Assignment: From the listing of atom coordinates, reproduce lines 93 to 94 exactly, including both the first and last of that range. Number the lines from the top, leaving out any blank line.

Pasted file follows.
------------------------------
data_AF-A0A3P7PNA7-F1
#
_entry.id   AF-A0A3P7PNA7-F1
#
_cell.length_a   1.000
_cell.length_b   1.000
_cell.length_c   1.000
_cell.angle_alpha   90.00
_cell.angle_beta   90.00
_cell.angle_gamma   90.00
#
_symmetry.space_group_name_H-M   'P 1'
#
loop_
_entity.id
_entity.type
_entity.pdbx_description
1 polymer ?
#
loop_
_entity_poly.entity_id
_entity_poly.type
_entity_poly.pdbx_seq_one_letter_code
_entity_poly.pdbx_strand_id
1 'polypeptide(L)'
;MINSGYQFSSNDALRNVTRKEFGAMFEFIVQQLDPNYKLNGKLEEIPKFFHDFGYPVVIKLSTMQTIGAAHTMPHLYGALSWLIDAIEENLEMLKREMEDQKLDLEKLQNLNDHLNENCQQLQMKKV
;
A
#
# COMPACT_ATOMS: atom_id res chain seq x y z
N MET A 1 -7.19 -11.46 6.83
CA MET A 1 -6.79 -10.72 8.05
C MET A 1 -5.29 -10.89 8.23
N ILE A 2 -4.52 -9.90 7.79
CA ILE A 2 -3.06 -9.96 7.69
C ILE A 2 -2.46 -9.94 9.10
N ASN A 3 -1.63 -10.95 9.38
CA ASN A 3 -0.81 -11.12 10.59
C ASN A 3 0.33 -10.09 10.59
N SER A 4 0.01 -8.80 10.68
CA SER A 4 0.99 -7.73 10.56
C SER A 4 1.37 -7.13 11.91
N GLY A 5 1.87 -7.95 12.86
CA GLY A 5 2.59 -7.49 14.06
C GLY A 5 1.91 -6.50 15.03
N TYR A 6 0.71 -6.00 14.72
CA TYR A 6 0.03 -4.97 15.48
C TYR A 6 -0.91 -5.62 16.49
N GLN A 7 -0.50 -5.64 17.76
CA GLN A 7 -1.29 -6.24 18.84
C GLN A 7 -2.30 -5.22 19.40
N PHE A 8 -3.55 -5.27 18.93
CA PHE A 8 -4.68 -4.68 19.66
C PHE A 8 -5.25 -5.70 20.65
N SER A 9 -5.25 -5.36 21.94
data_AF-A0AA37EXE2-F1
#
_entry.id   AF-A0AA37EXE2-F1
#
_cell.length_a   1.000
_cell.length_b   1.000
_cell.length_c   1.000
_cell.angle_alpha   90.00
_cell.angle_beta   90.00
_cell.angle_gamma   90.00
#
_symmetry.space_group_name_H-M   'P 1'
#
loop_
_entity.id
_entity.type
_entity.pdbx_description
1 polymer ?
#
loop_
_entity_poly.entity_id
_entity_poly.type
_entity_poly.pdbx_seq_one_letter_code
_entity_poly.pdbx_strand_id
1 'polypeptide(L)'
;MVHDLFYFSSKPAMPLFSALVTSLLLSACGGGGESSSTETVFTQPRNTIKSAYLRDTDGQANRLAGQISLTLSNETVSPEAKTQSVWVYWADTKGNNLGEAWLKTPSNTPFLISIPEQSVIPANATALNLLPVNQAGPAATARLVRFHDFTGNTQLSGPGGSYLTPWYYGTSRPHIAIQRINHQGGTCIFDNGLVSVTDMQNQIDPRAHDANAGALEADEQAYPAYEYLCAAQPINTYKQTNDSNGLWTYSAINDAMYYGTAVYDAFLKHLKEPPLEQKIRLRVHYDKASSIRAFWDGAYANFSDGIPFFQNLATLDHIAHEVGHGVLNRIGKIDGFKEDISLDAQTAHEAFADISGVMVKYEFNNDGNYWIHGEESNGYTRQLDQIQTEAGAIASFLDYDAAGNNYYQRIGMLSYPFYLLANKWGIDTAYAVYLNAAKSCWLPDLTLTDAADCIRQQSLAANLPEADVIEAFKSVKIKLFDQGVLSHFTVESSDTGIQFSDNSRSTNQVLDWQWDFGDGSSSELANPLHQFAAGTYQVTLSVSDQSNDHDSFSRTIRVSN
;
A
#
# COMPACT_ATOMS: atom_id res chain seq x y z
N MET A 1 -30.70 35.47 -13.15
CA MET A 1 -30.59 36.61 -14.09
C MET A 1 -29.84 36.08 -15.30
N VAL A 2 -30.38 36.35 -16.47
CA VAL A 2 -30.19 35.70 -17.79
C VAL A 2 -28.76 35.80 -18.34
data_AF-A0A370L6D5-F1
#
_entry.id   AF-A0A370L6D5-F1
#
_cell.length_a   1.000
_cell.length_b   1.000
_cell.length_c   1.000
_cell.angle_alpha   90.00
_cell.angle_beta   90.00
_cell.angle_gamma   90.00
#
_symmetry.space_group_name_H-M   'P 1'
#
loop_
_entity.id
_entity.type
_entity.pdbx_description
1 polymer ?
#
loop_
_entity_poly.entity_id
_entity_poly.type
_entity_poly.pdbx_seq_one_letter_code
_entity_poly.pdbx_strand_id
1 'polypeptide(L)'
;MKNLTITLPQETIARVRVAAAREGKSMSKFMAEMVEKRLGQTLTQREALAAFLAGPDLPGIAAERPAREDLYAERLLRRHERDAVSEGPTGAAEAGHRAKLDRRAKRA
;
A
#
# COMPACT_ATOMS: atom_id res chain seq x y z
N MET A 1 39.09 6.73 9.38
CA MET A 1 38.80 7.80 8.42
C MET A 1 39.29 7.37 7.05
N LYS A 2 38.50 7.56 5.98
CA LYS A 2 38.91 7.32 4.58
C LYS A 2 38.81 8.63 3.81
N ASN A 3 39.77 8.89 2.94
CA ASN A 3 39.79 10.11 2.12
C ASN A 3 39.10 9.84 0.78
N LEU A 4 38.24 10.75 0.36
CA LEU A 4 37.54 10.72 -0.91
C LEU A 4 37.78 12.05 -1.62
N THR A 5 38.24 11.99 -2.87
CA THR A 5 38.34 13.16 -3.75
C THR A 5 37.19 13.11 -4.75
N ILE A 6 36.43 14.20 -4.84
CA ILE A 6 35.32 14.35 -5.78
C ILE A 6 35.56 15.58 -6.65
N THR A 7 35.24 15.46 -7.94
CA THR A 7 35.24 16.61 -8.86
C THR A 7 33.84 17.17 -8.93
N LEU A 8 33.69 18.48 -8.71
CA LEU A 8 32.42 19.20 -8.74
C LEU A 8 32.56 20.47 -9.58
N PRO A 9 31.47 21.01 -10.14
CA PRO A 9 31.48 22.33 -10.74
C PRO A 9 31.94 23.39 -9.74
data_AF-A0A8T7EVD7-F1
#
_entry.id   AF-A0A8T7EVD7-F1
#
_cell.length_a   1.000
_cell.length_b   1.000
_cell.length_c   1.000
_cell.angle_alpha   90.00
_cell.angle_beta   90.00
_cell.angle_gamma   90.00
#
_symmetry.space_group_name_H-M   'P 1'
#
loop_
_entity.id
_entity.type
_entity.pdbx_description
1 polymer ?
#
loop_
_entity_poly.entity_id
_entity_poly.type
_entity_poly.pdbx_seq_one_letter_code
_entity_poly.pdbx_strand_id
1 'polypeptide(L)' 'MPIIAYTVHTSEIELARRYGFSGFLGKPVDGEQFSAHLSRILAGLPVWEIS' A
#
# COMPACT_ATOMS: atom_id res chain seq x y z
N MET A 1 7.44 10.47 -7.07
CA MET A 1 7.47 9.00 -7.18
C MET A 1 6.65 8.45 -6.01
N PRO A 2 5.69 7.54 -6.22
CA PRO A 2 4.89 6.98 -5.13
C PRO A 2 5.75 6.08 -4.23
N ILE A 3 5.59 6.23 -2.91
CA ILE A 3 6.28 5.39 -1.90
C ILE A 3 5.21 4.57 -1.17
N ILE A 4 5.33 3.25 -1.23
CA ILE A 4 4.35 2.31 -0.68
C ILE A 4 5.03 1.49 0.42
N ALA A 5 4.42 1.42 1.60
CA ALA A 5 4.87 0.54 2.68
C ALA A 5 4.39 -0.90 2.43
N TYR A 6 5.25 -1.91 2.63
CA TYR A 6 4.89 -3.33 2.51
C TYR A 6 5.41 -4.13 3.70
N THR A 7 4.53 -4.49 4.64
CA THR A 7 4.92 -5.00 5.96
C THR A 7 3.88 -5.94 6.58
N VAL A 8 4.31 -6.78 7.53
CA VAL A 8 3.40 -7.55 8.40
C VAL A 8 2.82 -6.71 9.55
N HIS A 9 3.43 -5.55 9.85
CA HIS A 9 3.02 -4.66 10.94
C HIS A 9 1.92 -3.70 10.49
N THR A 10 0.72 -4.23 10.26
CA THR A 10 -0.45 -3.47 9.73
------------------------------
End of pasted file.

#
_entry.id   AF-A0A370L6D5-F1